Artist Ann Hirsch participated in a nine-month long residency at the BCYF Vine Street Community Center this year as part of Boston AIR, the City’s artist-in-residence program in which artists, community members an the City of Boston employees collaborate at the intersection of civil service, social justice and artistic practice to explore and reframe critical social conversations. Her residency looked at the theme of hand gestures as a lens through which to explore current issues and future goals, as well as the use of non-verbal communication modes in the expression of fear, protection, and protest. By casting the hands of the youth, staff, and community members, she crafted a physical representation of the center’s identity during that moment.
The public art project will be located outside of the BCYF Vine Street Community Center on 339 Dudley Street. The City of Boston will release another call for artists later this year for public art pieces that will be placed inside the Vine Street Center. For more information on the renovation, visit here.
About the Boston Art Commission
The Boston Art Commission (BAC), an independent board of arts leaders charged with the care and custody of all artworks on City of Boston property, advocates for the creation of innovative and transformative art and promotes its accessibility to enrich the lives of Boston’s diverse citizens and visitors. The Art Commission advises, supports, and consults with artists and communities, City departments, and others. It commissions, approves, and conserves the City of Boston’s collection of art and historical artifacts. For more information, visit here.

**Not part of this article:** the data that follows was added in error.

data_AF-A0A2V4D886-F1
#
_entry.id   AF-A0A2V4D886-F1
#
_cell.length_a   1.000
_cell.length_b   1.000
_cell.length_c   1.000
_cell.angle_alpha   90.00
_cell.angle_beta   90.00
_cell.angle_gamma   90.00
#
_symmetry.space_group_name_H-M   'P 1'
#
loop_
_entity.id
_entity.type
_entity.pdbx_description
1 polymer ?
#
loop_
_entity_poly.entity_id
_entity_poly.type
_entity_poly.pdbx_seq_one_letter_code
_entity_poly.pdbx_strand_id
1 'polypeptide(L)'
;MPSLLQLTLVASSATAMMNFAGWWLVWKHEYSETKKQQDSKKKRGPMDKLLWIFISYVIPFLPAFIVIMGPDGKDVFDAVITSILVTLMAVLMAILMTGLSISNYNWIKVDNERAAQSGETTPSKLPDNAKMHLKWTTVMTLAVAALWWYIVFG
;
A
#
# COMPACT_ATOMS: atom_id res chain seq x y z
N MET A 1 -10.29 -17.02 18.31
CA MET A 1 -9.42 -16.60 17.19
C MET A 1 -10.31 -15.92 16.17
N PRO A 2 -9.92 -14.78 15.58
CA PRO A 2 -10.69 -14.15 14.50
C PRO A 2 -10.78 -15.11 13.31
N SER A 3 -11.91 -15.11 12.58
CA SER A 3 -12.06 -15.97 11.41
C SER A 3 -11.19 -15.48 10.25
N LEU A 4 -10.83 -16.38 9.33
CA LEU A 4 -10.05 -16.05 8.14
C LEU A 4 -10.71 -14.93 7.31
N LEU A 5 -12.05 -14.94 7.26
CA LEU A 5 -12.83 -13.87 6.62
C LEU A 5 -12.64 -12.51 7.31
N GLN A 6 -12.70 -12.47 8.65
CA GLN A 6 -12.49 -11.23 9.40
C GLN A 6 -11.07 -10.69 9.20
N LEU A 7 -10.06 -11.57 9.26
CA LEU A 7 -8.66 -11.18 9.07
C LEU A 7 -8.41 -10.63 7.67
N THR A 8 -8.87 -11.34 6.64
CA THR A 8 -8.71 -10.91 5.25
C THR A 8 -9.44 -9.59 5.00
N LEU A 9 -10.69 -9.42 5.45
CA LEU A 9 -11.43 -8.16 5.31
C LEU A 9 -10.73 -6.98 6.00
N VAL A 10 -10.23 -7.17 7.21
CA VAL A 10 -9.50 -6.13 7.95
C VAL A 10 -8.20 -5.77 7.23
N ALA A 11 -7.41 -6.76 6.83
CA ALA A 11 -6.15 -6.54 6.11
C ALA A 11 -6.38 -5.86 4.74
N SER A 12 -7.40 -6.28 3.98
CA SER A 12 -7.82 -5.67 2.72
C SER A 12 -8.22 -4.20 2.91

About the Mayor’s Office of Arts and Culture
The Mayor’s Office of Arts and Culture’s mission is to support artists, the cultural sector, and to promote access to the arts for all. The office houses the Boston Cultural Council, the Boston Art Commission, and the Poet Laureate program. Responsibilities include leading up the City’s cultural plan, Boston Creates; managing the Boston Artist-in-Residence program; curating exhibitions in City Hall; and operating the historic Strand Theater in Dorchester. For more information, visit here. 

About the Percent for Art Program
The Boston Mayor’s Office of Arts and Culture (MOAC) released the City’s first cultural plan, Boston Creates, in 2016, calling for increased support to Boston’s arts and culture ecosystem. The Percent for Art Program is a critical policy outcome of this planning process and addresses Goal 4 of the plan: to integrate arts and culture into all aspects of civic life, inspiring all Bostonians to value, practice, and reap the benefits of creativity in their individual lives and in their communities. The Percent for Art Program demonstrates the City’s leadership and commitment to sustainable funding for the arts by setting aside one percent of the City’s annual capital borrowing budget for the commissioning of public art. The Percent for Art Program is administered by the Mayor’s Office of Arts and Culture and the Boston Art Commission (BAC), in collaboration with the Office of Budget Management, the Public Facilities Department, and other City departments. For more information, visit here.